Stephen from Denver writes, “What's driving you crazy? I cycle to work in Denver and I usually take 12th, east of Cheesman Park, because the bicycle lanes are wide and clearly marked. But almost every time I cycle, I meet a runner in the bicycle lane, going against the direction of travel. That forces me out of my lane and into the flow of traffic to avoid them. Can they do that? Especially when there's a perfectly good sidewalk on each side of 12th? Thanks, Baffled Bicyclist.”
The numerous bike lanes around Denver are designed for people on bikes and not for people running or walking.
Denver municipal code 54-543 refers to just this issue. It says about walking along roadways in part (a), “Where sidewalks are provided, it shall be unlawful for any pedestrian to walk along and upon an adjacent roadway.” As you mentioned, there is a perfectly good sidewalk on both sides of 12th Avenue so, according to Denver code, it is technically illegal for those pedestrians to be in the bike lane and not on the sidewalk.
Christine Downs with the Denver Police Department tells me, “Safe travel requires that everyone, whether motorist, bicyclist, pedestrian, etc., know and follow traffic laws. If your viewer would like to address this specific issue with police, we encourage him to contact their local police district station.”
Even though the bike lanes are officially designed for bikes only, I highly doubt a Denver police officer would kick someone out of it but hopefully give the runner a warning. In reality, Denver’s Department of Transportation and Infrastructure is just happy anybody is using the bike lane for any purpose except for driving a car or parking a car in it.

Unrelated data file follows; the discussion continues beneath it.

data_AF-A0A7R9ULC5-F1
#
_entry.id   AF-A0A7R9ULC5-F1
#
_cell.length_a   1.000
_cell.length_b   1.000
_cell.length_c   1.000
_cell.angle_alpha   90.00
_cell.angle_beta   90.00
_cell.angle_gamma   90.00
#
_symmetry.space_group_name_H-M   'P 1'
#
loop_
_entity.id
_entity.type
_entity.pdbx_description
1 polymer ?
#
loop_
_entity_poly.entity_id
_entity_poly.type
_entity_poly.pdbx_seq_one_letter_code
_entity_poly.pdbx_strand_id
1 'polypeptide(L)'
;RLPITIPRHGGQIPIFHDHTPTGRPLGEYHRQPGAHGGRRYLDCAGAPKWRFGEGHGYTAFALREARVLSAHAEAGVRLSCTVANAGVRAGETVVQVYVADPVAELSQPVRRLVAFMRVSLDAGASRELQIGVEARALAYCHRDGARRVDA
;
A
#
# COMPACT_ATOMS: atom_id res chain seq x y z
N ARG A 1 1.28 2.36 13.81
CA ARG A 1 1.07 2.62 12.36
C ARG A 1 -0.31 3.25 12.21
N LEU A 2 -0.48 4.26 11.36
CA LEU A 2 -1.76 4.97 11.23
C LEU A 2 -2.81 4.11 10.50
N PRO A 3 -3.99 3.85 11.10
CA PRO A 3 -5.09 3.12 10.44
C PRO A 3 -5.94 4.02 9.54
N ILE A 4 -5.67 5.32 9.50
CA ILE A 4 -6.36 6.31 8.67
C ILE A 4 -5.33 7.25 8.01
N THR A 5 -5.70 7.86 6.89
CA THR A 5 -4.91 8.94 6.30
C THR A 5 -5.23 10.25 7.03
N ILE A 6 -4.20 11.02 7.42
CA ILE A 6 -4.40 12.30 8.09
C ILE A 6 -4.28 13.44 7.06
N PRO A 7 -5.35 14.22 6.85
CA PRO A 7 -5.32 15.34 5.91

In really, the only option for you is to do what you already do, ride for a short time in the traffic lane, which obviously is a bit dangerous at times depending on what street you’re on. You could also try to educate the runner when you ride past them about the law (be careful when you do that). I would not recommend giving the runner or walker a little kick in the back side as you ride by — even though you could easily get away since you are on a bike and they are on their feet (jokes!).
Incidentally, where sidewalks are not provided, any pedestrian walking along and upon a highway or street shall, whenever practicable, walk only on the left side of the street or highway or its shoulder facing traffic which may approach from the opposite direction.
Denver7 traffic anchor Jayson Luber says he has been covering Denver-metro traffic since Ben-Hur was driving a chariot. (We believe the actual number is over 20 years.) He's obsessed with letting viewers know what's happening on their drive and the best way to avoid the problems that spring up. Follow him on Facebook, Twitter or Instagram or listen to his Driving You Crazy podcast on iTunes , Stitcher , Google Play or Podbean.